DENVER, October 12, 1998 — In his opening keynote today to 6,000 software developers at Microsoft’s Professional Developers Conference (PDC), Microsoft Chairman and CEO Bill Gates predicted that when Windows NT 5.0 ships, it will have more available applications than any previous operating system.
“This kind of applications support is unprecedented,” Gates told developers of some of the 60,000 applications expected to be ready for NT 5.0. He added that within 18 months after Windows NT 5.0 is released, Microsoft expects availability of more than 100,000 supporting applications forthe new operating system.
The PDC is one of many Microsoft developer education and training events offered through MSDN, the Microsoft Developer Network, to help developers benefit from business opportunities spurred by innovations on the Windows platform. Premier sponsors of this year’s PDC are Casio Computer Corp., Compaq Computer Corp., Creative Labs, Inc., Hewlett-Packard Co. and MSDN. Other event sponsors include Attachmate Corp, Dell, Gemplus, J.D. Edward, Rational Software Corp., AMD, Compuware Corp, InstallShield Software Corp., Level8 Systems, MuTek Solutions, Sharp Electronics Corp., Simware, Summit Software Company and Wrox Press.
This year’s PDC focuses on how developing with NT 5.0 will help lower the cost of deploying and managing applications, and the advanced features of NT 5.0, such as Directory Services, Security Services, Component Services and Installation Services. Windows NT 5.0 is the only operating system with a complete set of system services necessary to meet the requirements of today’s developers of distributed applications.
“From a developer perspective, this year’s PDC is vital,” said Andy Staffer, director of research and development for Executive Software. “NT 5.0 is all about providing greater ease of use and lower TCO (total cost of ownership) to the end user.” Executive Software will demonstrate its Diskeeper defragmenter for Windows NT 5.0 at the PDC.
“With Windows NT 5.0 and COM+, Microsoft offers the best integrated platform for building distributed applications in the marketplace,” said Bread Wunder, vice president of research and development for Avio, a provider of information technology for physicians’ organizations.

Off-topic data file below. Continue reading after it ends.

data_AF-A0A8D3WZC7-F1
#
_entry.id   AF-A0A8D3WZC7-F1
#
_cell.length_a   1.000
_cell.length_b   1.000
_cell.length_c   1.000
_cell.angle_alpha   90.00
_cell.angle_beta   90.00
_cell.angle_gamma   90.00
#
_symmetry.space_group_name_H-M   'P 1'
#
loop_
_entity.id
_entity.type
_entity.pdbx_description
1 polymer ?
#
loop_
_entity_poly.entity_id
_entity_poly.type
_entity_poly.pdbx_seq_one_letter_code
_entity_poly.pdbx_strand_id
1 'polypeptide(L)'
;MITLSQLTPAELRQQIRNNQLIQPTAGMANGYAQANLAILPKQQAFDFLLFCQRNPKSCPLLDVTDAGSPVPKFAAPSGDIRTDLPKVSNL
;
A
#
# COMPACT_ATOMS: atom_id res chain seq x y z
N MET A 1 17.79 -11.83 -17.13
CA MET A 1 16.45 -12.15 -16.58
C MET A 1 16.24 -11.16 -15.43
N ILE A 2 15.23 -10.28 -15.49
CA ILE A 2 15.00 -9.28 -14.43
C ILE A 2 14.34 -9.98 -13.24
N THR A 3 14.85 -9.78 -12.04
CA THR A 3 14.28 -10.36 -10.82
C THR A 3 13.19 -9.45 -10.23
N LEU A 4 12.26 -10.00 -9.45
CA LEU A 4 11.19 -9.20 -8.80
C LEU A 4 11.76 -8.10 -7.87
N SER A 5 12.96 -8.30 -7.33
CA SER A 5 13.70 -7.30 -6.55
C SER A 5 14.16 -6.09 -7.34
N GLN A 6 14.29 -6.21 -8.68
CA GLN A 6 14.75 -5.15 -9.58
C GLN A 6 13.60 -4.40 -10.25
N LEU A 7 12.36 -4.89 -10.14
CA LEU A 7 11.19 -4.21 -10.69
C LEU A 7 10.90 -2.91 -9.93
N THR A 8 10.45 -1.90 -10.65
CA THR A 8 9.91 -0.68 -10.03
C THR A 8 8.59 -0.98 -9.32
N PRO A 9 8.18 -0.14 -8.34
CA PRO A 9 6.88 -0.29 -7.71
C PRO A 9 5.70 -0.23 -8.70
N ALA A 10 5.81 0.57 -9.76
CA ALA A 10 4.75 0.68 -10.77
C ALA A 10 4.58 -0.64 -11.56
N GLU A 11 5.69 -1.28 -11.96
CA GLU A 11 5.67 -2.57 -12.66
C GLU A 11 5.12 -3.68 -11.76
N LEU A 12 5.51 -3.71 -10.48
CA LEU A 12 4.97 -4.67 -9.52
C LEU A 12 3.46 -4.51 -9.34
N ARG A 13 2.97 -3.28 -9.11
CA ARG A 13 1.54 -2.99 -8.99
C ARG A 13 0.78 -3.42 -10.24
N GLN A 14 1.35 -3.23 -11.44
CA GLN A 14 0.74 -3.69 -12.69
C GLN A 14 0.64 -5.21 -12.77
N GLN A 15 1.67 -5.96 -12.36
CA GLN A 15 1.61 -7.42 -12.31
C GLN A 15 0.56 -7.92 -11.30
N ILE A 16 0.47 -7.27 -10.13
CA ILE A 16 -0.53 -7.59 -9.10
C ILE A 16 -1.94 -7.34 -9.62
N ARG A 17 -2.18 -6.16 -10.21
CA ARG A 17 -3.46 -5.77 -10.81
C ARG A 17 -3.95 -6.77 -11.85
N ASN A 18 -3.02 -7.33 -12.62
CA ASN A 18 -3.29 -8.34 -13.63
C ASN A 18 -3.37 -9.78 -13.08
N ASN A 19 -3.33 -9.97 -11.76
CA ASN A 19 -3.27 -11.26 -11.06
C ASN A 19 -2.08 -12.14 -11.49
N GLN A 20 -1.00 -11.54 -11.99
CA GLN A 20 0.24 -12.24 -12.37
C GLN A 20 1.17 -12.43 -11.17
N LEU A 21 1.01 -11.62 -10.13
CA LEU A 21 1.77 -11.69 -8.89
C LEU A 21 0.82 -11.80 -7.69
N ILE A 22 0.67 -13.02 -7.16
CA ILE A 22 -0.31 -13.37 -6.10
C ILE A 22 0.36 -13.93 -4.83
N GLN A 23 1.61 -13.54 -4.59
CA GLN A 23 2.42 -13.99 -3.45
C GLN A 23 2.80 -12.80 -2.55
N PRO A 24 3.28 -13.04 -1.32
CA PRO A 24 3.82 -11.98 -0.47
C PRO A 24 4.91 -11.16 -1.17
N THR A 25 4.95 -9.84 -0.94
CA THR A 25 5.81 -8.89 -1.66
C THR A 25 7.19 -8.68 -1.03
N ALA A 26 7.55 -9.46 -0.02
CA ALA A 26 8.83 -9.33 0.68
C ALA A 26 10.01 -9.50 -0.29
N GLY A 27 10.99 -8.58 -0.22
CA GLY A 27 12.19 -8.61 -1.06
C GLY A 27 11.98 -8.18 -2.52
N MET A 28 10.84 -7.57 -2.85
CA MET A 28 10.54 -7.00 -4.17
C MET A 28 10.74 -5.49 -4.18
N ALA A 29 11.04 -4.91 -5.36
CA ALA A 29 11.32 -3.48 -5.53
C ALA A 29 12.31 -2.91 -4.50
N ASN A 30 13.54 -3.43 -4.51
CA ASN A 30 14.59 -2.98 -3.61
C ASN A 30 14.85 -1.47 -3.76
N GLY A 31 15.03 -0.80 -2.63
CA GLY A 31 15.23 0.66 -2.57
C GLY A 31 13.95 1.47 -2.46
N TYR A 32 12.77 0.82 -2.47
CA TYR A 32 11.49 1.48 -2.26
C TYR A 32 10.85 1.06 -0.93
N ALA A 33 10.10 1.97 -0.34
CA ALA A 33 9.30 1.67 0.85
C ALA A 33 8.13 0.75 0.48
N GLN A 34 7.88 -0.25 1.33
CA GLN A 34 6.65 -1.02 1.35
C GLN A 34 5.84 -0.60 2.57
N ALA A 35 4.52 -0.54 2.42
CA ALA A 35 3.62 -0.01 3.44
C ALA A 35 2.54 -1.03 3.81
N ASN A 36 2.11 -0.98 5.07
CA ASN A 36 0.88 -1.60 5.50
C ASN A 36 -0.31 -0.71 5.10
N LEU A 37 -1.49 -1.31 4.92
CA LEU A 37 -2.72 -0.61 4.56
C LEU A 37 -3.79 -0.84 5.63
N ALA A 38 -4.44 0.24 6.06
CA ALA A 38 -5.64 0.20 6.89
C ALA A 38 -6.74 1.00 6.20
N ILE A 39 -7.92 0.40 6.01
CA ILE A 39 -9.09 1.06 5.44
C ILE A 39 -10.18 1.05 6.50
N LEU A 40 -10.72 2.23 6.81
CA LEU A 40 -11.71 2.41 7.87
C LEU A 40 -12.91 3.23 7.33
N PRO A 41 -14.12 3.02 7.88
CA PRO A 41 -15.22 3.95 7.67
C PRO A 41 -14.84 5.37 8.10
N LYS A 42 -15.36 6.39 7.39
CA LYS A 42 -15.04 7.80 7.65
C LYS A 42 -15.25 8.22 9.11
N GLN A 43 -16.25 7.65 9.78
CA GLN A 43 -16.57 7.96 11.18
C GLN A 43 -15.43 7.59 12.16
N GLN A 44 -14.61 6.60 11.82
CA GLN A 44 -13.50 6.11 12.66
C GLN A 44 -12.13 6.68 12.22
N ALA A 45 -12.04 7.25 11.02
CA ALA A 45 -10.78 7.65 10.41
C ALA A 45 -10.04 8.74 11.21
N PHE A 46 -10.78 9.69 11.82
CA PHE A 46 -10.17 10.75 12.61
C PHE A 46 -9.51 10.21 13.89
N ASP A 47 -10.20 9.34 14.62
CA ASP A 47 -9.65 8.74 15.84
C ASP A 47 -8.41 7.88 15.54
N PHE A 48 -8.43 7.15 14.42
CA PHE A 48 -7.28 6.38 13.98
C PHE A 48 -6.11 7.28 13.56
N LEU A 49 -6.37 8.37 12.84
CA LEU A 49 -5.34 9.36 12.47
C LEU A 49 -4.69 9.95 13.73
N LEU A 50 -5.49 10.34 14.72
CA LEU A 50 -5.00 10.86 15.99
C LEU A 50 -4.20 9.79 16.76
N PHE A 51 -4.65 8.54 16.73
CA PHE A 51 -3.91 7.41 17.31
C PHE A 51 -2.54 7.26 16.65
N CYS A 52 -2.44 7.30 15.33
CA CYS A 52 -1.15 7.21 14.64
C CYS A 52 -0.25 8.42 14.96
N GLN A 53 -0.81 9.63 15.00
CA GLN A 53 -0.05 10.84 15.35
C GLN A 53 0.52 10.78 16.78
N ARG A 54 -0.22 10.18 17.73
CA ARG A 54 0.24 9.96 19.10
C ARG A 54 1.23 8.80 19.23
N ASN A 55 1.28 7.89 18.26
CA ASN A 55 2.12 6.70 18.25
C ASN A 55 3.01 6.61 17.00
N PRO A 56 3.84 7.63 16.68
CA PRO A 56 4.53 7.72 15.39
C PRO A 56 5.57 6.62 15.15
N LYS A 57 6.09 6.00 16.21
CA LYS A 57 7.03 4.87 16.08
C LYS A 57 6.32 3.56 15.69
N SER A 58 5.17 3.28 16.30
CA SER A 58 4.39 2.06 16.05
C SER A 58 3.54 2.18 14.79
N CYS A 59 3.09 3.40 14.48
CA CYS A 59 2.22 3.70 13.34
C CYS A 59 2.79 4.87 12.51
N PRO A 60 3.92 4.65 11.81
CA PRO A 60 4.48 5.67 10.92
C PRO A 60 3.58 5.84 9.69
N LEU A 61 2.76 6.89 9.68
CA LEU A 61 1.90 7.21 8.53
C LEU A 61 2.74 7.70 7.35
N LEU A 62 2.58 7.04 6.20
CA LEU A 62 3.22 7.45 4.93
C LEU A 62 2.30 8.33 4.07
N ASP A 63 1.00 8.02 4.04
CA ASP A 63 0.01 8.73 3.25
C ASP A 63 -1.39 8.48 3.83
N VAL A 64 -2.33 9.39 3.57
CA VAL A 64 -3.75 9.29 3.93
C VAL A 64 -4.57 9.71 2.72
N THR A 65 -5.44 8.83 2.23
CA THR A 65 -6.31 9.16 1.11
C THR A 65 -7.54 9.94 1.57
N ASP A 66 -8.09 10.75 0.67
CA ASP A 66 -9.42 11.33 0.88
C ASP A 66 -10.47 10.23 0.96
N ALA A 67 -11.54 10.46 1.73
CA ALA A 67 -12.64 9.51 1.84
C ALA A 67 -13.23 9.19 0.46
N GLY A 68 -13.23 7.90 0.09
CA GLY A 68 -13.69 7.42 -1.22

Microsoft made several announcements at the PDC including the following:
An agreement with Level8 Systems to help large organizations address that complex interoperability issues in their enterprise. With this agreement, Microsoft furthers its commitment to support the increasing needs of enterprise developers deploying distributed applications across heterogeneous applications.
New guidelines to help developers integrate their applications with the ActiveDirectory of Windows NT Server 5.0. Baan Company and SAP AG will be demonstrating for the first time versions of their applications that are integrated with ActiveDirectory. By integrating applications with ActiveDirectory, developers can build applications that deliver greater functionality and lower TCO to their users.
A draft of the requirements for the Windows NT Workstation 5.0 Logo Program presented by Microsoft for industry review.
A showcase of independent software vendors who are already building applications optimized for specific Windows NT Workstation 5.0 technologies.
Visual Studio support for COM+. Announced on Monday, attendees saw a technology preview of Visual C++ that includes a new technology called attributes. Attributes is a new development functionality that enables developers to easily create COM+ components.
A VBA licensing agreement with Corel. Corel plans to integrate VBA across its product line including Corel WordPerfect Suite and CorelDRAW.
Developers attending the event saw a sneak preview of MSDN Start, the new home page for MSDN Online, designed to give one single point of entry into all Microsoft programs and offerings for developers. Based on feedback Microsoft will relaunch MSDN Online early next year to provide improved searching, easier access to technical information and a richer online membership program. More than 2 million developers use resources provided by MSDN to create applications and solutions for the Windows operating systems, the Microsoft BackOffice family server application suite, Microsoft Office desktop applications and the Internet.
MSDN offers something to meet nearly every developer need, including programs like the MSDN Online membership, a free program that provides programming information and technical resources to nearly 700,000 developers; MSDN Subscriptions, a CD-ROM based subscription product that provides online delivery of technical documentation, sample code, technical notes, SDKs and other materials that will help developers write software for Windows or use Microsoft development tools, the MSDN ISV Program, a free program provides business and technical information to more than 6,000 Windows ISVs, the MSDN Startups Program, which offers specific benefits and marketing activities to help young high-tech companies jump-start their business; the MSDN User Group Program, which provides information and support to developer-centric user groups and special interest groups interested in Microsoft’s Visual Studio family of tools and other developer offerings; as well as many other resources and opportunities for developers.
For more information on MSDN resources for developers, please visit http://msdn.microsoft.com/developer/default.htm.